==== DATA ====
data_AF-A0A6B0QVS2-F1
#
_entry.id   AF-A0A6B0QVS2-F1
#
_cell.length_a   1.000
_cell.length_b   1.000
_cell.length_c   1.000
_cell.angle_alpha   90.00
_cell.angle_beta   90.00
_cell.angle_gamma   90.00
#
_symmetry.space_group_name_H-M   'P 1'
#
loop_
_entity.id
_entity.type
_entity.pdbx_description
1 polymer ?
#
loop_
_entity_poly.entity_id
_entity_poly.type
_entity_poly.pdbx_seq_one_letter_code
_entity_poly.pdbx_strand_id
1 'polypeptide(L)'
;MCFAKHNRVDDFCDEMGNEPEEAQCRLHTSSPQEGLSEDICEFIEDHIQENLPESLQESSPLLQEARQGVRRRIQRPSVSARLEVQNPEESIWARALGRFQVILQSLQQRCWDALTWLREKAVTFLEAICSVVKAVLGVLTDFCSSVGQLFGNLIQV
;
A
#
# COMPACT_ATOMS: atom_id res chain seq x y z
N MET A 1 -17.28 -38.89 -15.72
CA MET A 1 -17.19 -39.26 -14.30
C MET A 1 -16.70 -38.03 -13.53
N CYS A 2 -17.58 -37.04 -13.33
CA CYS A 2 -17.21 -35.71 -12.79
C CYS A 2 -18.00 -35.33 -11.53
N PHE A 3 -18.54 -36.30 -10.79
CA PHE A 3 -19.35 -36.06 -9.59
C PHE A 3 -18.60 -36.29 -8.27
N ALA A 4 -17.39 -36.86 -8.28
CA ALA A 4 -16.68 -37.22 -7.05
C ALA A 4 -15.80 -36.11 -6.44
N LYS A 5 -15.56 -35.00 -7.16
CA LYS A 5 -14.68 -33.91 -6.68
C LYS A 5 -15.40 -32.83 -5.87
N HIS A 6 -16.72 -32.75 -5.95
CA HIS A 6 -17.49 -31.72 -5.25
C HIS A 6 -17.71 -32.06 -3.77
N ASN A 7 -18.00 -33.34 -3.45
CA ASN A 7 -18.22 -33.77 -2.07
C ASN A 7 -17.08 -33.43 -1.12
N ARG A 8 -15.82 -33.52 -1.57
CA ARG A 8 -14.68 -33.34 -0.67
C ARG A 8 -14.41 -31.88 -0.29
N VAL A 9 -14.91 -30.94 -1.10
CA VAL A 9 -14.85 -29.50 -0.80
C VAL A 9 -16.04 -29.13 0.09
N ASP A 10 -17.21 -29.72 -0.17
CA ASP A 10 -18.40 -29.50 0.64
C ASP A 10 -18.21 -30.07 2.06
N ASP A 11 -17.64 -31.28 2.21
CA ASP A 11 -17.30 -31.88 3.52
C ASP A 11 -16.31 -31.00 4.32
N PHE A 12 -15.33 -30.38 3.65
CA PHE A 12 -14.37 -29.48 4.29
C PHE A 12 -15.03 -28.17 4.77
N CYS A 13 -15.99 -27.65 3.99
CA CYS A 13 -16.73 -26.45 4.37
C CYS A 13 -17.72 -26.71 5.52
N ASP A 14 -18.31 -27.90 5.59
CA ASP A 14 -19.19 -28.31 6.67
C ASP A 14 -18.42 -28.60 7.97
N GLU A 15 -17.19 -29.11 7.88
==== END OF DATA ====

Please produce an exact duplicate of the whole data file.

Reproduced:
data_AF-A0A6B0QVS2-F1
#
_entry.id   AF-A0A6B0QVS2-F1
#
_cell.length_a   1.000
_cell.length_b   1.000
_cell.length_c   1.000
_cell.angle_alpha   90.00
_cell.angle_beta   90.00
_cell.angle_gamma   90.00
#
_symmetry.space_group_name_H-M   'P 1'
#
loop_
_entity.id
_entity.type
_entity.pdbx_description
1 polymer ?
#
loop_
_entity_poly.entity_id
_entity_poly.type
_entity_poly.pdbx_seq_one_letter_code
_entity_poly.pdbx_strand_id
1 'polypeptide(L)'
;MCFAKHNRVDDFCDEMGNEPEEAQCRLHTSSPQEGLSEDICEFIEDHIQENLPESLQESSPLLQEARQGVRRRIQRPSVSARLEVQNPEESIWARALGRFQVILQSLQQRCWDALTWLREKAVTFLEAICSVVKAVLGVLTDFCSSVGQLFGNLIQV
;
A
#
# COMPACT_ATOMS: atom_id res chain seq x y z
N MET A 1 -17.28 -38.89 -15.72
CA MET A 1 -17.19 -39.26 -14.30
C MET A 1 -16.70 -38.03 -13.53
N CYS A 2 -17.58 -37.04 -13.33
CA CYS A 2 -17.21 -35.71 -12.79
C CYS A 2 -18.00 -35.33 -11.53
N PHE A 3 -18.54 -36.30 -10.79
CA PHE A 3 -19.35 -36.06 -9.59
C PHE A 3 -18.60 -36.29 -8.27
N ALA A 4 -17.39 -36.86 -8.28
CA ALA A 4 -16.68 -37.22 -7.05
C ALA A 4 -15.80 -36.11 -6.44
N LYS A 5 -15.56 -35.00 -7.16
CA LYS A 5 -14.68 -33.91 -6.68
C LYS A 5 -15.40 -32.83 -5.87
N HIS A 6 -16.72 -32.75 -5.95
CA HIS A 6 -17.49 -31.72 -5.25
C HIS A 6 -17.71 -32.06 -3.77
N ASN A 7 -18.00 -33.34 -3.45
CA ASN A 7 -18.22 -33.77 -2.07
C ASN A 7 -17.08 -33.43 -1.12
N ARG A 8 -15.82 -33.52 -1.57
CA ARG A 8 -14.68 -33.34 -0.67
C ARG A 8 -14.41 -31.88 -0.29
N VAL A 9 -14.91 -30.94 -1.10
CA VAL A 9 -14.85 -29.50 -0.80
C VAL A 9 -16.04 -29.13 0.09
N ASP A 10 -17.21 -29.72 -0.17
CA ASP A 10 -18.40 -29.50 0.64
C ASP A 10 -18.21 -30.07 2.06
N ASP A 11 -17.64 -31.28 2.21
CA ASP A 11 -17.30 -31.88 3.52
C ASP A 11 -16.31 -31.00 4.32
N PHE A 12 -15.33 -30.38 3.65
CA PHE A 12 -14.37 -29.48 4.29
C PHE A 12 -15.03 -28.17 4.77
N CYS A 13 -15.99 -27.65 3.99
CA CYS A 13 -16.73 -26.45 4.37
C CYS A 13 -17.72 -26.71 5.52
N ASP A 14 -18.31 -27.90 5.59
CA ASP A 14 -19.19 -28.31 6.67
C ASP A 14 -18.42 -28.60 7.97
N GLU A 15 -17.19 -29.11 7.88